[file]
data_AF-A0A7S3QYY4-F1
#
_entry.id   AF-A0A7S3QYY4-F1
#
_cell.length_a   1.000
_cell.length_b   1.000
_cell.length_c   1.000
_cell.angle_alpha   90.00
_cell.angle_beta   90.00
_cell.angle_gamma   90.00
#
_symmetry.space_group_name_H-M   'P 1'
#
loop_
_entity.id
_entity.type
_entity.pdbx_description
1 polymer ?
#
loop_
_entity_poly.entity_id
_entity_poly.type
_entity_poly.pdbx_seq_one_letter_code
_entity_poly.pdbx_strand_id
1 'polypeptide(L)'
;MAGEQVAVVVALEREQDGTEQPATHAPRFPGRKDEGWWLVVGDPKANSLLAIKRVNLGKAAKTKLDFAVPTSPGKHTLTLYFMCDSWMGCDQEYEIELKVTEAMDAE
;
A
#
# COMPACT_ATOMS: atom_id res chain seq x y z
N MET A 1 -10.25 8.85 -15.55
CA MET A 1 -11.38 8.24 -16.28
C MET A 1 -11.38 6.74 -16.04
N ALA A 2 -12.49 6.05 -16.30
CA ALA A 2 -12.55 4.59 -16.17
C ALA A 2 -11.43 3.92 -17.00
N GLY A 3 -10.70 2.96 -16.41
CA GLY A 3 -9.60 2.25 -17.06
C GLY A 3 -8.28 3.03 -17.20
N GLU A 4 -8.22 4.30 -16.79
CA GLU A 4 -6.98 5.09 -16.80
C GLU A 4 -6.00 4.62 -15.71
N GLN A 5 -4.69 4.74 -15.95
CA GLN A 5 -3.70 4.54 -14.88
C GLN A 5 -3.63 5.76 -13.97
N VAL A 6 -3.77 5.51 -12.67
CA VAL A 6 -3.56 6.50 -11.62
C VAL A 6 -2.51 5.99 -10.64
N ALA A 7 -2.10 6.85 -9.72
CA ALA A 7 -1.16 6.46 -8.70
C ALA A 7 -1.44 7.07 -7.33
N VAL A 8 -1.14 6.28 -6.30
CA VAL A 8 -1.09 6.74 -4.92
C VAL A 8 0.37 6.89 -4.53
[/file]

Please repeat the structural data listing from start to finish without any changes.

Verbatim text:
data_AF-A0A7S3QYY4-F1
#
_entry.id   AF-A0A7S3QYY4-F1
#
_cell.length_a   1.000
_cell.length_b   1.000
_cell.length_c   1.000
_cell.angle_alpha   90.00
_cell.angle_beta   90.00
_cell.angle_gamma   90.00
#
_symmetry.space_group_name_H-M   'P 1'
#
loop_
_entity.id
_entity.type
_entity.pdbx_description
1 polymer ?
#
loop_
_entity_poly.entity_id
_entity_poly.type
_entity_poly.pdbx_seq_one_letter_code
_entity_poly.pdbx_strand_id
1 'polypeptide(L)'
;MAGEQVAVVVALEREQDGTEQPATHAPRFPGRKDEGWWLVVGDPKANSLLAIKRVNLGKAAKTKLDFAVPTSPGKHTLTLYFMCDSWMGCDQEYEIELKVTEAMDAE
;
A
#
# COMPACT_ATOMS: atom_id res chain seq x y z
N MET A 1 -10.25 8.85 -15.55
CA MET A 1 -11.38 8.24 -16.28
C MET A 1 -11.38 6.74 -16.04
N ALA A 2 -12.49 6.05 -16.30
CA ALA A 2 -12.55 4.59 -16.17
C ALA A 2 -11.43 3.92 -17.00
N GLY A 3 -10.70 2.96 -16.41
CA GLY A 3 -9.60 2.25 -17.06
C GLY A 3 -8.28 3.03 -17.20
N GLU A 4 -8.22 4.30 -16.79
CA GLU A 4 -6.98 5.09 -16.80
C GLU A 4 -6.00 4.62 -15.71
N GLN A 5 -4.69 4.74 -15.95
CA GLN A 5 -3.70 4.54 -14.88
C GLN A 5 -3.63 5.76 -13.97
N VAL A 6 -3.77 5.51 -12.67
CA VAL A 6 -3.56 6.50 -11.62
C VAL A 6 -2.51 5.99 -10.64
N ALA A 7 -2.10 6.85 -9.72
CA ALA A 7 -1.16 6.46 -8.70
C ALA A 7 -1.44 7.07 -7.33
N VAL A 8 -1.14 6.28 -6.30
CA VAL A 8 -1.09 6.74 -4.92
C VAL A 8 0.37 6.89 -4.53